Royal Pavilion.

By 1780, the development of the Georgian development of Brighton was underway with the development of grand Georgian terraces – the fashionable resort was regularly frequented by the Prince Regent later King George IV. Spending much of his leisure time here he constructed the Royal Pavilion. with the coming of the Railways and only 47miles from London Brighton continued to develop and became a popular Victorian holiday resort.

Palace Pier.

Brighton had 2 piers the West Pier was constructed during a boom in pleasure pier building in the 1860s, it was designed to attract tourists to the town. The West Pier was developed further in 1893, and a concert hall was added in 1916. It complimented the first pier the Royal Suspension Chain Pier which was built in 1823. It was replaced by the Palace Pier in 1889.

Today only the Palace Pier remains the West Pier was closed to the public in 1975 and fell into disrepair and gradually collapsed. After a number of fires, the pier is now just a frame.

 

The seafront has all the trimmings of a British seaside destination.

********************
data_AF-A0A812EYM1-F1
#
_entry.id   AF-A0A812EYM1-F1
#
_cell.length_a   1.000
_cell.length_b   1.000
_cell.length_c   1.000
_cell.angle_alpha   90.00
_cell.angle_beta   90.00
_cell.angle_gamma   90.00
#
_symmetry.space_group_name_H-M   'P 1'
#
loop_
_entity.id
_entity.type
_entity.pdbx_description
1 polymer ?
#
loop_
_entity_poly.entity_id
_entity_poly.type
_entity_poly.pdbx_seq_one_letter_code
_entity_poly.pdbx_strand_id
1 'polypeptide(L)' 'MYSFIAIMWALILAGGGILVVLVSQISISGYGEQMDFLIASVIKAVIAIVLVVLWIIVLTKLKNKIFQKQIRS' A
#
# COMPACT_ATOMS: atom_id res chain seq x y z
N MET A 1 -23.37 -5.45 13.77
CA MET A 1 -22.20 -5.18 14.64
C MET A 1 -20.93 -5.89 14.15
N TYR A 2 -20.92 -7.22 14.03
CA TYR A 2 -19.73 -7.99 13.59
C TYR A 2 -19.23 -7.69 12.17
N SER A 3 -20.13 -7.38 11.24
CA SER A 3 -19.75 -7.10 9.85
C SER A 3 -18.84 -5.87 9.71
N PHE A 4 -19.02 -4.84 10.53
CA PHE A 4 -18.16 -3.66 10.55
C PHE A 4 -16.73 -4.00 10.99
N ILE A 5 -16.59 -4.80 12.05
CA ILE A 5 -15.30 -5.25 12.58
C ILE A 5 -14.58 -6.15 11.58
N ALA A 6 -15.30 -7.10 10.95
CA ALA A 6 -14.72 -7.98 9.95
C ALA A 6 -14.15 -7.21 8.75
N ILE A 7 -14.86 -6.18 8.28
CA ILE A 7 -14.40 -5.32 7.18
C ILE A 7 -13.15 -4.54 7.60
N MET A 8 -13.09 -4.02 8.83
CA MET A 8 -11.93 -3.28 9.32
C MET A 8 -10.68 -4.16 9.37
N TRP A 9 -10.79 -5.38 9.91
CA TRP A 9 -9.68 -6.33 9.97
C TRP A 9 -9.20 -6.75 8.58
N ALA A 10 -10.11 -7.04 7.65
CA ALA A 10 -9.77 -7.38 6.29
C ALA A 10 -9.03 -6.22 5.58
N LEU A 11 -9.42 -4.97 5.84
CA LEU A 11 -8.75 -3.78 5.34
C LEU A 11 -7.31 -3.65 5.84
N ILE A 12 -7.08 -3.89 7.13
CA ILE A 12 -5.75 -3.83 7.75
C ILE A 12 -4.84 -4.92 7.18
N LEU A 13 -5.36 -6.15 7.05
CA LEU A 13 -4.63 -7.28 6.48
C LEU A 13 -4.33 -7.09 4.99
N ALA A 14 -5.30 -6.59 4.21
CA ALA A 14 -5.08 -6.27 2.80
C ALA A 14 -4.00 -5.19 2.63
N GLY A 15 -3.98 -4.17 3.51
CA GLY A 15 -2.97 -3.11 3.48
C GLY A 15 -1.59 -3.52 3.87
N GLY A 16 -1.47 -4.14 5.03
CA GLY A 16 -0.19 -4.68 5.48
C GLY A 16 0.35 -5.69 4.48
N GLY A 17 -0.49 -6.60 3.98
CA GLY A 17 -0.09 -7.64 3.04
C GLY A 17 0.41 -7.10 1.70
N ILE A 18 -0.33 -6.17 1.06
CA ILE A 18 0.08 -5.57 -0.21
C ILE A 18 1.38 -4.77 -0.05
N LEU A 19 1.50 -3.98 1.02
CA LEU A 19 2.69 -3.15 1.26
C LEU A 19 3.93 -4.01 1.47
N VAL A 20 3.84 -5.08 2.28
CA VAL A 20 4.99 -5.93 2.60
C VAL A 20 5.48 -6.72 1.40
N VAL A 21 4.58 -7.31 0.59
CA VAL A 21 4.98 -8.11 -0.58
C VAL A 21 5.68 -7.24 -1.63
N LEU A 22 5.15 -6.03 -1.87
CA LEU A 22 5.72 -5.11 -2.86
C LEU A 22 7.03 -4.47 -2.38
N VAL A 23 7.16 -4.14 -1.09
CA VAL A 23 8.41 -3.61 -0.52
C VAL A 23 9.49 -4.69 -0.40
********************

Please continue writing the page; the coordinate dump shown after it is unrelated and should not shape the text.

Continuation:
Just a tree!

English Elm trees dominated the British landscape, especially in Southern England, but were ravaged by Dutch elm disease in the1960s. Today it is only found occasionally in hedgerows or woodland. This rare tree has a small number of mature trees in Brighton. They are carefully managed by the council. I can not recall seeing an Elm Tree so one off the bucket list on our visit to Brighton.

Morrell.

Dungeness Lifeboat Station has a Shannon class lifeboat. The Morrell was named on 31 May 2014 by HRH Princess Royal. In 1940, the Dungeness lifeboat was one of 19 that took part in the evacuation of Allied troops from Dunkirk in northern France. We were lucky to see the lifeboat out of the lifeboat house when we visited as she had just had a wash and was drying in the sunshine.

EDIT.

I have edited and added the launching tractor of a Shannon class lifeboat at Hastings just along the coast I filmed in 2018

Around a lake

Over the water – on the water – and under the water. A few hours at Swanick lakes, once a clay pit for Bursledon brickworks. Today the area is a nature reserve with a mixture of woodland, lakes and meadows. The site is managed by Hampshire and Isle of Wight Wifelife Trust and is spread over 35-hectares.